Canadian police use elearning to cut classroom time

The Internet has increasingly become a crime fighting venue for many Canadian police officers, but it’s also turning into a valuable tool for upgrading law enforcement skills.

Through the Canadian Police Knowledge Network (CPKN), a not-for-profit organization providing e-learning courses for police services across Canada, police officers can get access to various law enforcement training via the Web.

One of the biggest benefits e-learning has offered is significantly reducing the amount of time police officers spend on training, said John Arnold, president of CPKN.

“We can take a one-day classroom course, and when you put that online that will drop down to about a two-and-a-half-hour course online so there’s a savings right there of people’s time,” said Arnold.

CPKN is the brainchild of a project initiated in 2004 by the Canadian Police Research Centre in partnership with the Justice Knowledge Network at Holland College in Charlottetown, P.E.I.

Three years later, some 12,000 law enforcement personnel from various police services across the country have signed up for CPKN’s e-learning courses, according to Arnold, adding that the number is expected to reach close to 20,000 by the end of the year.

“We firmly believe that what we’re doing is providing the police the opportunity to keep their police officers in patrol cars and not have them sit in classrooms doing training,” he said.

The courses are delivered using Flash, Java or HTML for easy interface, according to Sandy Sweet, chief operating officer at CPKN. Students have to be registered and authenticated by the system before they are given access to the course materials.

Once the students are authenticated, their training begins and the system tracks their progress up to completion of training, said Sweet.

“We are very careful about who we register,” said Sweet, stressing that the online courses are intended only for law enforcement purposes.

There are, however, certain courses that are particularly useful as training material for some government employees, an example of which is the Domestic Violence course. The course can be of value to social workers so they can be allowed access to the course, he added.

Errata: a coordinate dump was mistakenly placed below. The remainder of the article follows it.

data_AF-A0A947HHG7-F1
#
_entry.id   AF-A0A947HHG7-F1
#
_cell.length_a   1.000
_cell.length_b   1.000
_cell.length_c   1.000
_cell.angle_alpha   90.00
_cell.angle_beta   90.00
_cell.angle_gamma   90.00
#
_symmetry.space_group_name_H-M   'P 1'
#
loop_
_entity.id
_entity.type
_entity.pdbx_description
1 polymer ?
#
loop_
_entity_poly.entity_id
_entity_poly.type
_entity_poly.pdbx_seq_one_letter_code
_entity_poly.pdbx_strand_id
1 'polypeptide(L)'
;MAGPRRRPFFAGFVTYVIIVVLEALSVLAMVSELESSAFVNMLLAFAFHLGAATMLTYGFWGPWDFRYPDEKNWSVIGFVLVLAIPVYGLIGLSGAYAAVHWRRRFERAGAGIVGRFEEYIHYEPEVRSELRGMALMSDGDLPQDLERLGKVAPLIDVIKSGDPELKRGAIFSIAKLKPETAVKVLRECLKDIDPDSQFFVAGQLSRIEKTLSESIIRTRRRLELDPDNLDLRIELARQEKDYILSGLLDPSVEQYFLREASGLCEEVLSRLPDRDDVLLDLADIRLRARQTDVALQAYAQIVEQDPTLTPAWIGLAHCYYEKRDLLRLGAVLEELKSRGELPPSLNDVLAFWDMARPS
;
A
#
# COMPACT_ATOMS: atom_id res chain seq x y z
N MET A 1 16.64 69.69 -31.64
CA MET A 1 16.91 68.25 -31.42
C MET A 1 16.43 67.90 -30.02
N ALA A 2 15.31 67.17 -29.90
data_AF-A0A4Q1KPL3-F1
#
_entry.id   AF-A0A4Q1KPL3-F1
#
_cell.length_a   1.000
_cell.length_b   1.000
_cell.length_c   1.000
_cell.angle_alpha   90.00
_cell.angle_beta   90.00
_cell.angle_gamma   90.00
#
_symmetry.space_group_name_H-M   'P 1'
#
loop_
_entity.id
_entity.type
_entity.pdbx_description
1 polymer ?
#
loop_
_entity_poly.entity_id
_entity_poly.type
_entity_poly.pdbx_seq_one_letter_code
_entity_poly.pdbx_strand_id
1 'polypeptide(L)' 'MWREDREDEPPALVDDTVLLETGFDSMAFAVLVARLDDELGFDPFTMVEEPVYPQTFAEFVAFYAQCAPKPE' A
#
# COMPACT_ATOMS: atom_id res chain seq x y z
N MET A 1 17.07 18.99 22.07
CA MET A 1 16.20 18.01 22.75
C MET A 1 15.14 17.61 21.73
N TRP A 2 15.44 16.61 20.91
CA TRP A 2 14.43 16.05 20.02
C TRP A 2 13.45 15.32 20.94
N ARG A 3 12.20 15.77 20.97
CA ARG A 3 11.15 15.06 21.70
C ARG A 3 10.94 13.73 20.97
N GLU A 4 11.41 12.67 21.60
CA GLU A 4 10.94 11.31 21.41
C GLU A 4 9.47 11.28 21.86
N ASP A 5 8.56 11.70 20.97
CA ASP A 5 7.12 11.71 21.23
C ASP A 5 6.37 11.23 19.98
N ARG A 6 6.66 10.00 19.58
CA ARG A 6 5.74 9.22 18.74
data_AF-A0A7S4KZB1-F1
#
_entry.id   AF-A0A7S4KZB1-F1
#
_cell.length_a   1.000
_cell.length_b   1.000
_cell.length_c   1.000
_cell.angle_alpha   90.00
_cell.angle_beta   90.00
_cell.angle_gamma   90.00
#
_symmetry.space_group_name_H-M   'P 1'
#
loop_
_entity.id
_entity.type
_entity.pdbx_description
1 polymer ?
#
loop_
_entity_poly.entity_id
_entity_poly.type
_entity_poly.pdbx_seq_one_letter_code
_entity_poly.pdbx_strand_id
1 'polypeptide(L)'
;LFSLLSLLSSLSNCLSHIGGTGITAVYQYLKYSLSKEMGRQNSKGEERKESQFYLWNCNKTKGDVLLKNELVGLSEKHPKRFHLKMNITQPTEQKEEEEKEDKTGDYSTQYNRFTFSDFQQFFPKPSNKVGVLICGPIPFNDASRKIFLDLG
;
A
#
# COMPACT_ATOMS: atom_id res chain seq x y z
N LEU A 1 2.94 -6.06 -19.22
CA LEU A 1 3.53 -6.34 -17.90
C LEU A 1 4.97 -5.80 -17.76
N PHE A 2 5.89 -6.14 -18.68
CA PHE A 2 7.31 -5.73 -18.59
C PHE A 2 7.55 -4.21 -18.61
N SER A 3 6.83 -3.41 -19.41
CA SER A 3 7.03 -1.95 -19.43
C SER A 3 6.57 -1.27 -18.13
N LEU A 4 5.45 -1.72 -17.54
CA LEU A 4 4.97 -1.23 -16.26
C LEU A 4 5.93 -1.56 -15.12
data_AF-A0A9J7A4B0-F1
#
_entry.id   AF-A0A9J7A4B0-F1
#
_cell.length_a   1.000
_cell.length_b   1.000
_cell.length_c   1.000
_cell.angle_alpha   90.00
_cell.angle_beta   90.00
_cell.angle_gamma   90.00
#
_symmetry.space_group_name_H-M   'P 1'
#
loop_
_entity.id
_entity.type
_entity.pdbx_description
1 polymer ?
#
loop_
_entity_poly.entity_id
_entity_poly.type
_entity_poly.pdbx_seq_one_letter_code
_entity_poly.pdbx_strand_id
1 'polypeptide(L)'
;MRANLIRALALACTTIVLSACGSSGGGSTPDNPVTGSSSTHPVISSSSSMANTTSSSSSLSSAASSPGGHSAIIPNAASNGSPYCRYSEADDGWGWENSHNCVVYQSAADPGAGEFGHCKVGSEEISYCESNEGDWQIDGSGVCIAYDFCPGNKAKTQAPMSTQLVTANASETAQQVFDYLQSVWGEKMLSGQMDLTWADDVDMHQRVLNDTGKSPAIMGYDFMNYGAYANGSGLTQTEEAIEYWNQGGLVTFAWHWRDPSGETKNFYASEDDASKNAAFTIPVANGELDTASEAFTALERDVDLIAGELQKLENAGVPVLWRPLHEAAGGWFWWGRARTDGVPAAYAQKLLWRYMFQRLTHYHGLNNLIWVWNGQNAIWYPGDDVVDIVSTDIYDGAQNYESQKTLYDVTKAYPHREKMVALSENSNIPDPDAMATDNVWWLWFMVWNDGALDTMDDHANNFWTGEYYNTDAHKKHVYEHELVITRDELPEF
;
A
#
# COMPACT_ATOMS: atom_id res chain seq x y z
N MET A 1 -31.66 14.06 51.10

Arnold admits e-learning is “not the silver bullet” for training the police, but it offers police services an option and enables police colleges to overcome the physical limitations of conducting on-site training.

Classroom training offered by police colleges, he said, is often at full capacity. By taking those same training materials and putting them online, more police officers can benefit from the training.

Many of the online courses offered by CPKN are blended with a hands-on component which would require a trainee to undergo some form of classroom or on-site training, said Arnold. But these types of courses are still shorter than a full classroom training equivalent, he added.

“Domestic violence investigation courses (for instance) used to be a five-day classroom course. We put three of those days online, which is about six hours, and then they come in and they do two hours in the classroom with scenario training,” Arnold said.

Currently, CPKN is either in partnership or working out a partnership agreement with police colleges across the country.

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